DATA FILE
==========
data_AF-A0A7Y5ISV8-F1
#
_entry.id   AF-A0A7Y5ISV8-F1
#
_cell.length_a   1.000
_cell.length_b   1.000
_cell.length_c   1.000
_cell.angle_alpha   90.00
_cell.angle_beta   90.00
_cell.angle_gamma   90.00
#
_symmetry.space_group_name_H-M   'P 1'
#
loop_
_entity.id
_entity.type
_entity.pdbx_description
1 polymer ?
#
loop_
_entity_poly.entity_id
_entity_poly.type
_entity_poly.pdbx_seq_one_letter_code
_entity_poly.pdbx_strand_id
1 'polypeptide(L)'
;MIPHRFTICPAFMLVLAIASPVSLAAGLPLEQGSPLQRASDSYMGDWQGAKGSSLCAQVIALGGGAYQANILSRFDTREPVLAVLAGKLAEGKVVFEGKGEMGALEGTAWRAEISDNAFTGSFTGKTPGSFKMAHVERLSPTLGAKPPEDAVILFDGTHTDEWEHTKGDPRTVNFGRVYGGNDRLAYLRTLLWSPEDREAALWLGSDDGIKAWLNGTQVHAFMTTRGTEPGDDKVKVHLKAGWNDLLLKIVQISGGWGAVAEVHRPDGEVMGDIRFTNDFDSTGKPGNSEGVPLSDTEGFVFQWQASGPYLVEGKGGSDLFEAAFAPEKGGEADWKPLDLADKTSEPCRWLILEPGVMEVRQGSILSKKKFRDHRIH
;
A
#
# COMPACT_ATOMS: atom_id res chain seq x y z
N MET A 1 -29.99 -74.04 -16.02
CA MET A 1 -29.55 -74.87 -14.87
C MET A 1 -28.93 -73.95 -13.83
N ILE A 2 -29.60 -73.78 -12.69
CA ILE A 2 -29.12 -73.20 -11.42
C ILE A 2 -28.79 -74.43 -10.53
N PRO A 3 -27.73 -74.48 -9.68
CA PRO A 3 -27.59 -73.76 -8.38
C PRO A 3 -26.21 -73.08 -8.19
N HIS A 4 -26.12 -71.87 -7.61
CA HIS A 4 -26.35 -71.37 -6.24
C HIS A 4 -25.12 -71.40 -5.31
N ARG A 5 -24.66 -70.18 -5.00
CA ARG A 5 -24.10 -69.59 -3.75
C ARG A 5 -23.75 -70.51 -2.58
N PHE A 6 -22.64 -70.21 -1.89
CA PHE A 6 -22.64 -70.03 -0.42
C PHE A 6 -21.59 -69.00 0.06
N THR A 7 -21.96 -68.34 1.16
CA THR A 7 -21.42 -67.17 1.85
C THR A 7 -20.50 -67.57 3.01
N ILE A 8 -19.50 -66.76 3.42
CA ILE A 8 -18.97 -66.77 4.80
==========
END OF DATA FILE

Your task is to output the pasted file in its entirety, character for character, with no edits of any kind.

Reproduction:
data_AF-A0A7Y5ISV8-F1
#
_entry.id   AF-A0A7Y5ISV8-F1
#
_cell.length_a   1.000
_cell.length_b   1.000
_cell.length_c   1.000
_cell.angle_alpha   90.00
_cell.angle_beta   90.00
_cell.angle_gamma   90.00
#
_symmetry.space_group_name_H-M   'P 1'
#
loop_
_entity.id
_entity.type
_entity.pdbx_description
1 polymer ?
#
loop_
_entity_poly.entity_id
_entity_poly.type
_entity_poly.pdbx_seq_one_letter_code
_entity_poly.pdbx_strand_id
1 'polypeptide(L)'
;MIPHRFTICPAFMLVLAIASPVSLAAGLPLEQGSPLQRASDSYMGDWQGAKGSSLCAQVIALGGGAYQANILSRFDTREPVLAVLAGKLAEGKVVFEGKGEMGALEGTAWRAEISDNAFTGSFTGKTPGSFKMAHVERLSPTLGAKPPEDAVILFDGTHTDEWEHTKGDPRTVNFGRVYGGNDRLAYLRTLLWSPEDREAALWLGSDDGIKAWLNGTQVHAFMTTRGTEPGDDKVKVHLKAGWNDLLLKIVQISGGWGAVAEVHRPDGEVMGDIRFTNDFDSTGKPGNSEGVPLSDTEGFVFQWQASGPYLVEGKGGSDLFEAAFAPEKGGEADWKPLDLADKTSEPCRWLILEPGVMEVRQGSILSKKKFRDHRIH
;
A
#
# COMPACT_ATOMS: atom_id res chain seq x y z
N MET A 1 -29.99 -74.04 -16.02
CA MET A 1 -29.55 -74.87 -14.87
C MET A 1 -28.93 -73.95 -13.83
N ILE A 2 -29.60 -73.78 -12.69
CA ILE A 2 -29.12 -73.20 -11.42
C ILE A 2 -28.79 -74.43 -10.53
N PRO A 3 -27.73 -74.48 -9.68
CA PRO A 3 -27.59 -73.76 -8.38
C PRO A 3 -26.21 -73.08 -8.19
N HIS A 4 -26.12 -71.87 -7.61
CA HIS A 4 -26.35 -71.37 -6.24
C HIS A 4 -25.12 -71.40 -5.31
N ARG A 5 -24.66 -70.18 -5.00
CA ARG A 5 -24.10 -69.59 -3.75
C ARG A 5 -23.75 -70.51 -2.58
N PHE A 6 -22.64 -70.21 -1.89
CA PHE A 6 -22.64 -70.03 -0.42
C PHE A 6 -21.59 -69.00 0.06
N THR A 7 -21.96 -68.34 1.16
CA THR A 7 -21.42 -67.17 1.85
C THR A 7 -20.50 -67.57 3.01
N ILE A 8 -19.50 -66.76 3.42
CA ILE A 8 -18.97 -66.77 4.80